Smile like you mean it

If you’ve never seen a valued member of your team banging their head repeatedly on their desk, count yourself lucky. But that doesn’t mean your organisation is immune to the effects of stress in the workplace.

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Last Updated: 31 Aug 2010

After all, stress is not only a danger to your office furniture – it’s also bad for productivity. Mental health charity Mind reckons one in five of us suffers from depression or anxiety because of work-related stress. As a result, some 40m working days are lost to stress-related illnesses every year in the UK, at a cost of more than £1.5bn.

One easy answer, says the International Stress Management Association, is to be more like Ewan McGregor. No, that doesn’t mean gallivanting off to another continent for a tedious motorbike-based travelogue, or butchering an Alec Guinness impression for huge sums of cash – it’s about replicating his jovial grin.

As part of a new campaign called Smile Stress Away, the ISMA has finally asked the burning question: who has Britain’s favourite celebrity smile? McGregor came top of the male list, closely followed by Ronan Keating and Donny Osmond (suggesting some methodological crossover with a ‘Most Punchable Celebrity’ survey carried out by MT this afternoon). Julia Roberts and Kylie Minogue were the (far more sensible) choices as top female smilers.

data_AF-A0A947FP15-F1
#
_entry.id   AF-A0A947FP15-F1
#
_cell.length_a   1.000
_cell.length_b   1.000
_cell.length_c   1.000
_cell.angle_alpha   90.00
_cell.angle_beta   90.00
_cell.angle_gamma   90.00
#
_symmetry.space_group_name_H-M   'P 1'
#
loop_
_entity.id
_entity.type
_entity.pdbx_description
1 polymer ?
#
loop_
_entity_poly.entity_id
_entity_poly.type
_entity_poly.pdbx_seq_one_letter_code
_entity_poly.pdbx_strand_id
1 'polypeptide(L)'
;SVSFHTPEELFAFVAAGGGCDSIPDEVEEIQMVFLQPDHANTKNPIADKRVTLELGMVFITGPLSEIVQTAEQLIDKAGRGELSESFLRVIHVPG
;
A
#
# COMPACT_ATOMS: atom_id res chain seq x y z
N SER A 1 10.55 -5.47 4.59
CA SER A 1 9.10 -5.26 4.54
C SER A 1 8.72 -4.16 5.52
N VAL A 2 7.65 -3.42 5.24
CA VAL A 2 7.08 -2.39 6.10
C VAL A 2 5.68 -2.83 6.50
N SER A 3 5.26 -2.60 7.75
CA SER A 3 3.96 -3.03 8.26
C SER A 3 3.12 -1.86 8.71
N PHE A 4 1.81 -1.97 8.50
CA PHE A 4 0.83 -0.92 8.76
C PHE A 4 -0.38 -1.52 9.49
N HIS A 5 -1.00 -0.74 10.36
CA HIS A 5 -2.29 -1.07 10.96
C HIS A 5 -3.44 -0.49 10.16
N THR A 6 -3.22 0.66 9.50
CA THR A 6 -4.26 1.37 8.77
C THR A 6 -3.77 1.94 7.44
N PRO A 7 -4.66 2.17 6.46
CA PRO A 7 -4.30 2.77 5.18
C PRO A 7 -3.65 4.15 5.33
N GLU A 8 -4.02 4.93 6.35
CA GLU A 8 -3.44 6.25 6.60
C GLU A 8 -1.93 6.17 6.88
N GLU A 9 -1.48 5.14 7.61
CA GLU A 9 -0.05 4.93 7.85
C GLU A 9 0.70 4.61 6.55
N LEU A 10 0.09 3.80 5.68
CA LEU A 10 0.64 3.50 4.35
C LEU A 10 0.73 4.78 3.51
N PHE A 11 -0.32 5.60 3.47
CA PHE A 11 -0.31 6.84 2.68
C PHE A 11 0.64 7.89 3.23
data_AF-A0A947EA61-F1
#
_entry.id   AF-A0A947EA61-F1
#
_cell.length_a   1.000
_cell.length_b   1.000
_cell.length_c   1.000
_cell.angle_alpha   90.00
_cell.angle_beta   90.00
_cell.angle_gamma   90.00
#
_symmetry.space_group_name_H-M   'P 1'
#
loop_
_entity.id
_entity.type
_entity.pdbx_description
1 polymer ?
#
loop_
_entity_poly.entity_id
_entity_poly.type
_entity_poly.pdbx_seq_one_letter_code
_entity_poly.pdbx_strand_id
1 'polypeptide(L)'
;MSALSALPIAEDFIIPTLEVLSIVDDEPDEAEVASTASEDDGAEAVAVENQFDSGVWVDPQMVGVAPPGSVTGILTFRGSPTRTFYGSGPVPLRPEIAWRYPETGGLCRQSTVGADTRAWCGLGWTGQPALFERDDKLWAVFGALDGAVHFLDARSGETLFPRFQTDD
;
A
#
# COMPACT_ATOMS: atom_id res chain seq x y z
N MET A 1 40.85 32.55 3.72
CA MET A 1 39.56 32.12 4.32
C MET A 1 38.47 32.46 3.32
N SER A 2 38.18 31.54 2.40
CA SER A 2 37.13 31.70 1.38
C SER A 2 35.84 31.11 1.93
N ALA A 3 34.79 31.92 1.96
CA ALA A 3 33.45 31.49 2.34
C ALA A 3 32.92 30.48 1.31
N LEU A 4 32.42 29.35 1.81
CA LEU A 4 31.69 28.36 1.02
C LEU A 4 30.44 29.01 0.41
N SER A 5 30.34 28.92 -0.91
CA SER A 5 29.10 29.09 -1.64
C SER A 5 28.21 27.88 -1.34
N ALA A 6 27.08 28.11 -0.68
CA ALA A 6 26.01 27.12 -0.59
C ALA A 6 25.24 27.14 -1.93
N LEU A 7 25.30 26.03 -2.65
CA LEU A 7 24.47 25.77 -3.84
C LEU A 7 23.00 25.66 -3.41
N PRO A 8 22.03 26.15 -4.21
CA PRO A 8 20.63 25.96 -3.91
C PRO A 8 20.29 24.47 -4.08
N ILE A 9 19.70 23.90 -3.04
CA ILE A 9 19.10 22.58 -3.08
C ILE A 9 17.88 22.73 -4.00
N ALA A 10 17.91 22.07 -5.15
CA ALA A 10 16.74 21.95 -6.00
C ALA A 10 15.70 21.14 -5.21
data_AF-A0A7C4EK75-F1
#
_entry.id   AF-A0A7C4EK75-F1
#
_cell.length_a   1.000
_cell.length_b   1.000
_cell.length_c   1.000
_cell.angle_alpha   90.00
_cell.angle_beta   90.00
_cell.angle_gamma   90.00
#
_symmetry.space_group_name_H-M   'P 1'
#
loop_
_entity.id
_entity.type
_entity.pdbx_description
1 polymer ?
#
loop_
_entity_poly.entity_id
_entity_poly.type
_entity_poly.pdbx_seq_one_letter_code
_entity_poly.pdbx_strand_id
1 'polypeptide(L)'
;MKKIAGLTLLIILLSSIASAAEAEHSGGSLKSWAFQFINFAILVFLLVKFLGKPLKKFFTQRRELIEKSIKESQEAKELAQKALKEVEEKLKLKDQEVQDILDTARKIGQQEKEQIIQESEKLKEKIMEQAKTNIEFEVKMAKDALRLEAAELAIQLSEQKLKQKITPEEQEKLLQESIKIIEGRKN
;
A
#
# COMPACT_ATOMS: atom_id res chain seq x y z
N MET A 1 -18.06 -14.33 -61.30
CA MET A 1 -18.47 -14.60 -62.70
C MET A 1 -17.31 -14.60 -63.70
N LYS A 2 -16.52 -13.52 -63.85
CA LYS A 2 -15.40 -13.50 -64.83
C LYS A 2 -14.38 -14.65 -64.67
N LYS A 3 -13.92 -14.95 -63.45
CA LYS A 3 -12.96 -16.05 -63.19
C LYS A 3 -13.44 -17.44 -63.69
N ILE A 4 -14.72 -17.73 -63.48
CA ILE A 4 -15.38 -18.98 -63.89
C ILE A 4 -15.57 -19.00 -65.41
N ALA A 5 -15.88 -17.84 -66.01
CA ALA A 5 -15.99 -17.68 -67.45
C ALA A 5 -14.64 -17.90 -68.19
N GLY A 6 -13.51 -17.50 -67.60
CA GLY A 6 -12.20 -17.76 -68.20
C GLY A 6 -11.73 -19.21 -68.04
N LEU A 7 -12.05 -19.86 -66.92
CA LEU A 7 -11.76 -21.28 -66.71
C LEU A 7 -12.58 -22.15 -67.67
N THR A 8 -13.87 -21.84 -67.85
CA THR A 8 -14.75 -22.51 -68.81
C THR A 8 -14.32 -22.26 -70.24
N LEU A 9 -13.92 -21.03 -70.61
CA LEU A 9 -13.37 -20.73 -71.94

‘A smile may seem like a small thing, but it can actually have a positive effect on our mood by reducing stress hormones,’ says Kevin Dewhurst from FirstAssist, a healthcare provider which is turning its call centre into a stress helpline next Wednesday for the ISMA’s National Stress Awareness Day.

This is all very well, but it’s a lot easier for millionaire celebrities to swan around looking pleased with life. We’d like to see the look on Ronan Keating’s face if his boss dropped five hours of paperwork on his desk at 5pm and demanded it back by 9am the next morning.

On the other hand, if Donny Osmond can keep smiling even when he’s presenting his truly awful BBC game show Identity, perhaps there’s hope for all of us.

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